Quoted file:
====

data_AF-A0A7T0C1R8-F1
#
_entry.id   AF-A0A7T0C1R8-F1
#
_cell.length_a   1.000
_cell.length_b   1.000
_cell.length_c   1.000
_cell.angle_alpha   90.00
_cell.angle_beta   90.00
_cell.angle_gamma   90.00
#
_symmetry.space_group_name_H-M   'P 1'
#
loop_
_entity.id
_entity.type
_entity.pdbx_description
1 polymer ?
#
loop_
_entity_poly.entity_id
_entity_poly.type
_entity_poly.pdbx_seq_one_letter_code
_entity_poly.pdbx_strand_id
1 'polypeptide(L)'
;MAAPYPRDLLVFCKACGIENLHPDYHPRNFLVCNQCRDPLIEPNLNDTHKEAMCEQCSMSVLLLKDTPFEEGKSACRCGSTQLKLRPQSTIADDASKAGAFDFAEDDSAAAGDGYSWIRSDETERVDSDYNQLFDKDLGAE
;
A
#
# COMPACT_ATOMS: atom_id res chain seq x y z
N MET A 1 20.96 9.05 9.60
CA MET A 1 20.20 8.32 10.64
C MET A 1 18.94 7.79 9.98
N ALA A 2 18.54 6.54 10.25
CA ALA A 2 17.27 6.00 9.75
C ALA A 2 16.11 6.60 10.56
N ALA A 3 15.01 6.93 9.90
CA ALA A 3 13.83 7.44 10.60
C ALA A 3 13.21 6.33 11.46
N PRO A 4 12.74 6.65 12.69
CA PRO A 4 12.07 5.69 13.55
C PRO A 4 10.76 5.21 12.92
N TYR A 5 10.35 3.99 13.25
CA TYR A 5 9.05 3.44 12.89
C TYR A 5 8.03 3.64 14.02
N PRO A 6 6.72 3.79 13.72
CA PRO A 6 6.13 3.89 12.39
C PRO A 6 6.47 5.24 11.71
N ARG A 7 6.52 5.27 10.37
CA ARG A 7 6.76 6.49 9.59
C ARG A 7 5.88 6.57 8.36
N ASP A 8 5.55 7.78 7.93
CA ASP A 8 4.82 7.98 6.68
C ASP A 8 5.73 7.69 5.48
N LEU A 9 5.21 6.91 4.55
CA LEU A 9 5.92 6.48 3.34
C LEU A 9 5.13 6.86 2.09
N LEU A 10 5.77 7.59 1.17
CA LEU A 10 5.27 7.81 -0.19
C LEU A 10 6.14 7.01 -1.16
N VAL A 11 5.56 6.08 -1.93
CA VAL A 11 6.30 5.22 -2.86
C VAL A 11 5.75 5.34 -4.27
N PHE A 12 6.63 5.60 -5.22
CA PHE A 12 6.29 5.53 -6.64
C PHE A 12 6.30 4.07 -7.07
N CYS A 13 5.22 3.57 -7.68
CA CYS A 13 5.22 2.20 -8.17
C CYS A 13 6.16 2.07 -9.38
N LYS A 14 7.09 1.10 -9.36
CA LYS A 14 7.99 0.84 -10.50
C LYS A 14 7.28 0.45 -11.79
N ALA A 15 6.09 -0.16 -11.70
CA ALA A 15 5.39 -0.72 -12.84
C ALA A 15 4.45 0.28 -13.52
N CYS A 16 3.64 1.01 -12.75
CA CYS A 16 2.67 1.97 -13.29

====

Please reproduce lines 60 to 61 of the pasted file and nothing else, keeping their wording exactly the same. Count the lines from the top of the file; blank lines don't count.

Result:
C LEU A 10 6.14 7.01 -1.16
N VAL A 11 5.56 6.08 -1.93